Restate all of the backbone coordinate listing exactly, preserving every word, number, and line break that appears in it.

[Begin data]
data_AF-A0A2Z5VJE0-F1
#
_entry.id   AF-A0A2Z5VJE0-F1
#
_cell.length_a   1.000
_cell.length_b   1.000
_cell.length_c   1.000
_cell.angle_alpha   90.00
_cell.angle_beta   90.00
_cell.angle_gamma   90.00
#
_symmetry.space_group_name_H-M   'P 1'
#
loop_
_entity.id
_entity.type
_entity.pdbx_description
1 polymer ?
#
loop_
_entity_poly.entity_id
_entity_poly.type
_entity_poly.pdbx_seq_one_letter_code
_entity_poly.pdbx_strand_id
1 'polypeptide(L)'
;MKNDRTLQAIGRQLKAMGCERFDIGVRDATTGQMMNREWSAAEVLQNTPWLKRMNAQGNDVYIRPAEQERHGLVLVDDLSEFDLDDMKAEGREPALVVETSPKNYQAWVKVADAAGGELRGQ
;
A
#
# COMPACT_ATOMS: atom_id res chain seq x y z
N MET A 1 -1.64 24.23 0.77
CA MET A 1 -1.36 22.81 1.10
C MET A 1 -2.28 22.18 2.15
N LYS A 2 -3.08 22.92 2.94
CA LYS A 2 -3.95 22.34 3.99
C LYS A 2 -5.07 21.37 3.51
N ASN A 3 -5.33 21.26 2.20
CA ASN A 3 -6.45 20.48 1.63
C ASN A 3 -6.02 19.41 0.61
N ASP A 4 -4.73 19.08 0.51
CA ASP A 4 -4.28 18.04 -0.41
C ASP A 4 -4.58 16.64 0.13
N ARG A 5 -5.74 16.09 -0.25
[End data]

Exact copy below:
data_AF-A0A2Z5VJE0-F1
#
_entry.id   AF-A0A2Z5VJE0-F1
#
_cell.length_a   1.000
_cell.length_b   1.000
_cell.length_c   1.000
_cell.angle_alpha   90.00
_cell.angle_beta   90.00
_cell.angle_gamma   90.00
#
_symmetry.space_group_name_H-M   'P 1'
#
loop_
_entity.id
_entity.type
_entity.pdbx_description
1 polymer ?
#
loop_
_entity_poly.entity_id
_entity_poly.type
_entity_poly.pdbx_seq_one_letter_code
_entity_poly.pdbx_strand_id
1 'polypeptide(L)'
;MKNDRTLQAIGRQLKAMGCERFDIGVRDATTGQMMNREWSAAEVLQNTPWLKRMNAQGNDVYIRPAEQERHGLVLVDDLSEFDLDDMKAEGREPALVVETSPKNYQAWVKVADAAGGELRGQ
;
A
#
# COMPACT_ATOMS: atom_id res chain seq x y z
N MET A 1 -1.64 24.23 0.77
CA MET A 1 -1.36 22.81 1.10
C MET A 1 -2.28 22.18 2.15
N LYS A 2 -3.08 22.92 2.94
CA LYS A 2 -3.95 22.34 3.99
C LYS A 2 -5.07 21.37 3.51
N ASN A 3 -5.33 21.26 2.20
CA ASN A 3 -6.45 20.48 1.63
C ASN A 3 -6.02 19.41 0.61
N ASP A 4 -4.73 19.08 0.51
CA ASP A 4 -4.28 18.04 -0.41
C ASP A 4 -4.58 16.64 0.13
N ARG A 5 -5.74 16.09 -0.25